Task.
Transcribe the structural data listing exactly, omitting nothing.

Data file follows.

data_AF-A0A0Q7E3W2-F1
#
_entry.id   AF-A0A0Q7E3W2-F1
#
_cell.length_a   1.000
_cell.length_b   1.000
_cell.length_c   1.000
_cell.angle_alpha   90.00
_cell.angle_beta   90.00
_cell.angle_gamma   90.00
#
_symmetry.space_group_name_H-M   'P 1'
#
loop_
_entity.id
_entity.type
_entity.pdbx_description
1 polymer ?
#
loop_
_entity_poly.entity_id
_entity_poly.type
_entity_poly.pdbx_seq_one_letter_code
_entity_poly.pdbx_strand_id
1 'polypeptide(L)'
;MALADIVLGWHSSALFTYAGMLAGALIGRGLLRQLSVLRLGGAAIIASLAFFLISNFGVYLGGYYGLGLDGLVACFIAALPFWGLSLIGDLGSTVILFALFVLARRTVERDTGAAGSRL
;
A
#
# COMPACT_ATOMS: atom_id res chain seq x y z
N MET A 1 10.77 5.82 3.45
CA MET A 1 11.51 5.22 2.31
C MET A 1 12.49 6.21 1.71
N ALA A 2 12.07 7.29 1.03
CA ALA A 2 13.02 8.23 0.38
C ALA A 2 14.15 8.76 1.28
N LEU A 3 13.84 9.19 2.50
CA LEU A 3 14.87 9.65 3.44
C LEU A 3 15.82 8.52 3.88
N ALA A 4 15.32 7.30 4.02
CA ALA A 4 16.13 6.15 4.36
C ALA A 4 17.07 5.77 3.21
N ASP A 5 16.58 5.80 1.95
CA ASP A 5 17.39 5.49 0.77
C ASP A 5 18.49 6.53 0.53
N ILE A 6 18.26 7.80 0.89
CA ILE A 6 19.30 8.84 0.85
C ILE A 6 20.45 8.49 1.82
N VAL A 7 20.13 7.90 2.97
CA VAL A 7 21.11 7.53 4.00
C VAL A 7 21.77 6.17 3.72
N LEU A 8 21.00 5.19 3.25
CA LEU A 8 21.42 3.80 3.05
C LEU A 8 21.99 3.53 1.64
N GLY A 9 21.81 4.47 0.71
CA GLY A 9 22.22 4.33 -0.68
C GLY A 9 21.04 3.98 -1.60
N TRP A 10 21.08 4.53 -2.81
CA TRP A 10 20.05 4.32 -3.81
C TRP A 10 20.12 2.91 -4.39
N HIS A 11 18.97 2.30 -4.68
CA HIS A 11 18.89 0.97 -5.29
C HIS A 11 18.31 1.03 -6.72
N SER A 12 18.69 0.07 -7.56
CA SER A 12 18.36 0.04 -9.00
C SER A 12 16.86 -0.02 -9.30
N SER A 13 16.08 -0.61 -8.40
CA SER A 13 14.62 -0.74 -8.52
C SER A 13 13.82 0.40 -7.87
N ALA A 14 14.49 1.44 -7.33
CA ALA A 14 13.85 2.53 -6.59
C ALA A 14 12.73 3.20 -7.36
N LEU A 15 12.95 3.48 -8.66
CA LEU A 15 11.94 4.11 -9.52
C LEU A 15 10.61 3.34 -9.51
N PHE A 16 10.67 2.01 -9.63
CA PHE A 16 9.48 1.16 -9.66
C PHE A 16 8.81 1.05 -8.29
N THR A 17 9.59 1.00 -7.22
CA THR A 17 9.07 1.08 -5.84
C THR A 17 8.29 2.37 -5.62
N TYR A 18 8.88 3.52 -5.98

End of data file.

data_AF-A0A0Q7E3W2-F1
#
_entry.id   AF-A0A0Q7E3W2-F1
#
_cell.length_a   1.000
_cell.length_b   1.000
_cell.length_c   1.000
_cell.angle_alpha   90.00
_cell.angle_beta   90.00
_cell.angle_gamma   90.00
#
_symmetry.space_group_name_H-M   'P 1'
#
loop_
_entity.id
_entity.type
_entity.pdbx_description
1 polymer ?
#
loop_
_entity_poly.entity_id
_entity_poly.type
_entity_poly.pdbx_seq_one_letter_code
_entity_poly.pdbx_strand_id
1 'polypeptide(L)'
;MALADIVLGWHSSALFTYAGMLAGALIGRGLLRQLSVLRLGGAAIIASLAFFLISNFGVYLGGYYGLGLDGLVACFIAALPFWGLSLIGDLGSTVILFALFVLARRTVERDTGAAGSRL
;
A
#
# COMPACT_ATOMS: atom_id res chain seq x y z
N MET A 1 10.77 5.82 3.45
CA MET A 1 11.51 5.22 2.31
C MET A 1 12.49 6.21 1.71
N ALA A 2 12.07 7.29 1.03
CA ALA A 2 13.02 8.23 0.38
C ALA A 2 14.15 8.76 1.28
N LEU A 3 13.84 9.19 2.50
CA LEU A 3 14.87 9.65 3.44
C LEU A 3 15.82 8.52 3.88
N ALA A 4 15.32 7.30 4.02
CA ALA A 4 16.13 6.15 4.36
C ALA A 4 17.07 5.77 3.21
N ASP A 5 16.58 5.80 1.95
CA ASP A 5 17.39 5.49 0.77
C ASP A 5 18.49 6.53 0.53
N ILE A 6 18.26 7.80 0.89
CA ILE A 6 19.30 8.84 0.85
C ILE A 6 20.45 8.49 1.82
N VAL A 7 20.13 7.90 2.97
CA VAL A 7 21.11 7.53 4.00
C VAL A 7 21.77 6.17 3.72
N LEU A 8 21.00 5.19 3.25
CA LEU A 8 21.42 3.80 3.05
C LEU A 8 21.99 3.53 1.64
N GLY A 9 21.81 4.47 0.71
CA GLY A 9 22.22 4.33 -0.68
C GLY A 9 21.04 3.98 -1.60
N TRP A 10 21.08 4.53 -2.81
CA TRP A 10 20.05 4.32 -3.81
C TRP A 10 20.12 2.91 -4.39
N HIS A 11 18.97 2.30 -4.68
CA HIS A 11 18.89 0.97 -5.29
C HIS A 11 18.31 1.03 -6.72
N SER A 12 18.69 0.07 -7.56
CA SER A 12 18.36 0.04 -9.00
C SER A 12 16.86 -0.02 -9.30
N SER A 13 16.08 -0.61 -8.40
CA SER A 13 14.62 -0.74 -8.52
C SER A 13 13.82 0.40 -7.87
N ALA A 14 14.49 1.44 -7.33
CA ALA A 14 13.85 2.53 -6.59
C ALA A 14 12.73 3.20 -7.36
N LEU A 15 12.95 3.48 -8.66
CA LEU A 15 11.94 4.11 -9.52
C LEU A 15 10.61 3.34 -9.51
N PHE A 16 10.67 2.01 -9.63
CA PHE A 16 9.48 1.16 -9.66
C PHE A 16 8.81 1.05 -8.29
N THR A 17 9.59 1.00 -7.22
CA THR A 17 9.07 1.08 -5.84
C THR A 17 8.29 2.37 -5.62
N TYR A 18 8.88 3.52 -5.98